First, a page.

A Side of Syncretism

Since it’s almost Christmas time, it’s time to post another list for the Holidays! Many aren’t aware of the amalgam of cultural and religious influences that made Christmas what it is today. Indeed, Christmas was born out of the attempt for early Christians in late antiquity to convert pagan believers throughout Europe. Instead of shunning and dissing the local traditions and customs, those Christians sought to integrate elements of those beliefs into Christianity to make it more appealing. Local gods take on the forms of saints, for example, or the pagan winter festival is adopted as a Christian holiday, hence Christmas. Many cultures have winter festivals, celebrating the sun’s triumph over death as the sun was thought to have been dying as the days grew shorter. On the winter solstice, the sun starts to come back to life, and they days grow longer again. Many cultures contributed different elements to Christmas including:

  1. Christmas Trees

Christmas trees originated with German pagan societies and also Scandinavian ones. Venerating trees was common to many pagans, and evergreen trees represented eternal life to the Egyptians, Chinese, and even Hebrews! Oak trees were sacred in Norse beliefs, as it was associated with Odin. The Christians were have thought to replace the oak with the fir, since it reminded them of the trinity. Christmas trees as we know them today originate in Germany during the Renaissance.

2. Presents!

Gift giving was common to another holiday, Saturnalia! It honored the god Saturn. The ancient Romans celebrated Saturnalia in December and festivities included slaves and masters switching places as well as general celebration and banquets. December 19th was gift giving day, and special sculptures were made for gift giving. Children got toys, just like at Christmas. Even greeting cards were given, and the phrase for the holiday was “Io Saturnalia!”, much like “Merry Christmas”. Saturnalia is often cited as a predecessor for Christmas and was a national holiday too!

3. Decorations

Decorations such as holly and mistletoe originated with the Druids as holly and mistletoe were holy. Mistletoe was cut down with a golden sickle for one occasion. The Celts were druid and holly come from druid rituals. Ornaments were originally items made to sacrifice as gifts to the gods. Some even used to hang humans on the trees, such as their enemies and weapons as gifts to the gods! Makes one see their gingerbread men through new eyes! Ornaments as we know them supposedly were apples, reminding people of the fall of man after Eve ate the forbidden fruit, (Which no one said was an apple, to be specific!).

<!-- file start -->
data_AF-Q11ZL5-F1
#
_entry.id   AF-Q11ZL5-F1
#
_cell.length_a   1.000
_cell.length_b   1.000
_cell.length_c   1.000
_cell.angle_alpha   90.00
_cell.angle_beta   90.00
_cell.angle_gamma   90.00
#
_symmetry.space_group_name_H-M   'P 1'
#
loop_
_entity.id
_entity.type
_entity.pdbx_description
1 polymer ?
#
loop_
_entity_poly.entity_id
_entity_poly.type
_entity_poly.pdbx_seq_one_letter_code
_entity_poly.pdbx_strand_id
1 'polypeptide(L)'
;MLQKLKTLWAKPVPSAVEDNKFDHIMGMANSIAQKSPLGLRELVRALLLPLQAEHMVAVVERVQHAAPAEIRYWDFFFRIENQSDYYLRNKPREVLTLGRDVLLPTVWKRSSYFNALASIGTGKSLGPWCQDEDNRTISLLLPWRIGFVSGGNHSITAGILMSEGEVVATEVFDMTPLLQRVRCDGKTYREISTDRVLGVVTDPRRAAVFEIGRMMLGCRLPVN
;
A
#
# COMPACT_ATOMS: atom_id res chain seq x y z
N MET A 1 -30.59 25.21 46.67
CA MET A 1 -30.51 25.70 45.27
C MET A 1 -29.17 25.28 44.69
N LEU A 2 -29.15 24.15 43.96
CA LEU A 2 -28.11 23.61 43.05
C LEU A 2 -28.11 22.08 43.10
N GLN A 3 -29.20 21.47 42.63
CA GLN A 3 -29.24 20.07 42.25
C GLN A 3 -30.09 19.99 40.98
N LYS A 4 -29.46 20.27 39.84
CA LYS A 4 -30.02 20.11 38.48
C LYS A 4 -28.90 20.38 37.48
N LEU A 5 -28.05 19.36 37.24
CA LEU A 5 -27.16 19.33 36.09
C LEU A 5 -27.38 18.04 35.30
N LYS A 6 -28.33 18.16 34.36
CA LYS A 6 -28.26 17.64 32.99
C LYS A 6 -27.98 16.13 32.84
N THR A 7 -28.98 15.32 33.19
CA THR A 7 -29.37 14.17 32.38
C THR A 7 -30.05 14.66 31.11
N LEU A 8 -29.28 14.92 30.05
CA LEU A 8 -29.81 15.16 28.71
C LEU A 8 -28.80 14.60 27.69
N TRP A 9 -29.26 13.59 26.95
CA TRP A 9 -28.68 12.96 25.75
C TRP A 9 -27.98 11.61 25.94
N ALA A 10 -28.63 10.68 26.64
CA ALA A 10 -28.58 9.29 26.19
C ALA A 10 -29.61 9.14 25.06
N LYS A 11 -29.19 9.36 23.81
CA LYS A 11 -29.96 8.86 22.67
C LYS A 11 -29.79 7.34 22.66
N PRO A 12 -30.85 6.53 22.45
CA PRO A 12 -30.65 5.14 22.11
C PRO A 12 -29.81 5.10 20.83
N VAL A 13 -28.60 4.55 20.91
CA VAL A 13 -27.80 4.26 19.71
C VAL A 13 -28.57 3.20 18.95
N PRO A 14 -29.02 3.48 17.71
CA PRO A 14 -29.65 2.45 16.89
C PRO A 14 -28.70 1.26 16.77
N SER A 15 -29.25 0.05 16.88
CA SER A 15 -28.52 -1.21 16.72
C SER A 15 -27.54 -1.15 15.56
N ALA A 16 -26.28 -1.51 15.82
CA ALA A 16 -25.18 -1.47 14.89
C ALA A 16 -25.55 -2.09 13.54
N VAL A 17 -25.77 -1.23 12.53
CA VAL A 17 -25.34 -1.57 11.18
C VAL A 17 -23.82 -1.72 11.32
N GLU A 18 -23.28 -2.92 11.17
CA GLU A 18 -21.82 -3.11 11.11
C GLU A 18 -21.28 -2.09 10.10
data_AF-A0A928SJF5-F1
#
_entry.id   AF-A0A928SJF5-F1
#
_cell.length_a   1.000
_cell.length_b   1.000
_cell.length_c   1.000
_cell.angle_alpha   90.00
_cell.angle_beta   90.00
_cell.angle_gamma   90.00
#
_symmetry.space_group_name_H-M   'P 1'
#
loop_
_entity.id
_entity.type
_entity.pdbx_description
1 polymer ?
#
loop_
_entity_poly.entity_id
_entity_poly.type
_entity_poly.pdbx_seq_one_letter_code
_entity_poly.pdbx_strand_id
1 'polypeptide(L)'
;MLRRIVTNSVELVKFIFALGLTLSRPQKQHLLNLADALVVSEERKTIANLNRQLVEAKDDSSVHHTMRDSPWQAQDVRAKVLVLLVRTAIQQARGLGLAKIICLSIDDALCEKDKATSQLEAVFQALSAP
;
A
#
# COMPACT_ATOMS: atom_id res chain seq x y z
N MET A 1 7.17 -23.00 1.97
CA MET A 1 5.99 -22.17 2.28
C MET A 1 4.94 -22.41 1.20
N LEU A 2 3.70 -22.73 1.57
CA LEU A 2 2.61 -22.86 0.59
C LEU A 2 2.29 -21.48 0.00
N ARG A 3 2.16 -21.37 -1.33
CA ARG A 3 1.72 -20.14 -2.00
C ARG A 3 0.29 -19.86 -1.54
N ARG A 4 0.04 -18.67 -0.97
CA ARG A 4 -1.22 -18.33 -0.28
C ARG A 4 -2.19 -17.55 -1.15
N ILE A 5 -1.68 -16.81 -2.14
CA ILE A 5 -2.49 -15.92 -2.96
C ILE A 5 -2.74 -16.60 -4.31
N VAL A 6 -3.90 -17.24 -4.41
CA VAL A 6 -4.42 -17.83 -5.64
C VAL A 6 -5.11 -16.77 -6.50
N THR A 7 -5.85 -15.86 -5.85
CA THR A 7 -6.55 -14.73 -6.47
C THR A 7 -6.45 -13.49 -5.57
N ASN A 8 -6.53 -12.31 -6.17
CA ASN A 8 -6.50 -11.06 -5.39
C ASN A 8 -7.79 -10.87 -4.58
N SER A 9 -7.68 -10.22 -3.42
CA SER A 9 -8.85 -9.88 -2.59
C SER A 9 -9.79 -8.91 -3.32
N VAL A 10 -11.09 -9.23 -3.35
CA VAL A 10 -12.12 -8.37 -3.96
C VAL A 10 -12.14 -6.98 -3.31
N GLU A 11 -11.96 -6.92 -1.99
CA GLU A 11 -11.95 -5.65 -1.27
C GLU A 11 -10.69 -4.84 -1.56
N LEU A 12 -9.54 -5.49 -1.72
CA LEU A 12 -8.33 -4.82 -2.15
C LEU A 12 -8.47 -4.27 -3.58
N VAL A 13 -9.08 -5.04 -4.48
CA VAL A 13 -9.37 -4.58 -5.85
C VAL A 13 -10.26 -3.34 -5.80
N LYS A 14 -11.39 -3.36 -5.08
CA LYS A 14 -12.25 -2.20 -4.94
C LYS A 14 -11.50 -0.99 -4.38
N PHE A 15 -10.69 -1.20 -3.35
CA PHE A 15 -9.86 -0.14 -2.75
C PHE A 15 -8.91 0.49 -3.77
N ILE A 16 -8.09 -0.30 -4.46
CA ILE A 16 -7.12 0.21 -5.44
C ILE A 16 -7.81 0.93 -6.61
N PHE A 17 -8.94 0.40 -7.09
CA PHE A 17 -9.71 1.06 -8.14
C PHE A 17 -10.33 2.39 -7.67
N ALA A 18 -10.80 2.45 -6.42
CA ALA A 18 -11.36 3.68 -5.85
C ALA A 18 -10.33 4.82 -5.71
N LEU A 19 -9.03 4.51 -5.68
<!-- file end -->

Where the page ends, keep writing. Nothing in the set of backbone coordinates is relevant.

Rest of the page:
4. December

December was not just an arbitrary month to celebrate Christmas in. Many winter festivals were celebrated in December commemorating the winter solstice. Saturnalia is a prime example. Also, December 25th was the birthday of Mithra, a Persian god the Roman soldiers picked up. No where in the Bible does it specify the birthday of Jesus, and no mention of December! December came from older pagan festivities.

5. Jesus Christ (yes, I said it…)

By far, many Christians argue to put the “Christ” back in Christmas. They argue that Christ is the reason for the season, but even he is a mixture of cultural influences! The story of Jesus’ birth, life and death draw striking parallels to many other figures in other religions. The theme of dying and rising gods is common throughout other belief systems. The water to wine story is suspiciously familiar to what Dionysus, the god of wine, is able to do! Also, the concept of transubstantiation, that the Eucharist is literally Jesus’ flesh, is found in the Dionysus story too. In the Mithra’s cult, a practice eerily similar to baptism happens, including receiving a mark on the forehead! Many early Christians said Mithra’s practices were evil copies of Christian ones! The resurrection of Jesus is similar to that of an Egyptian god, Osiris, rising on the 3rd day after death. Dionysus and Osiris also were born of virgin mothers! Horus was crucified too, and Odin, a Norse god, sacrificed himself by hanging from a tree for 3 days. Other deities not mentioned also draw many parallels. Coincidence? :) …

Stay tuned to the Puritan “War on Christmas”, but you can probably guess why they hated Christmas after reading this!

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About persnicketythecat

I like ancient and medieval history!
This entry was posted in Ancient History, Holidays, Religion. Bookmark the permalink.

One Response to A Side of Syncretism

  1. Retrojackie says:

    Fascinating Julia!! Well researched!! Never knew that the Christmas tree had pagan roots!! See you soon!!

    Sent from my iPhone

    >

    Liked by 1 person

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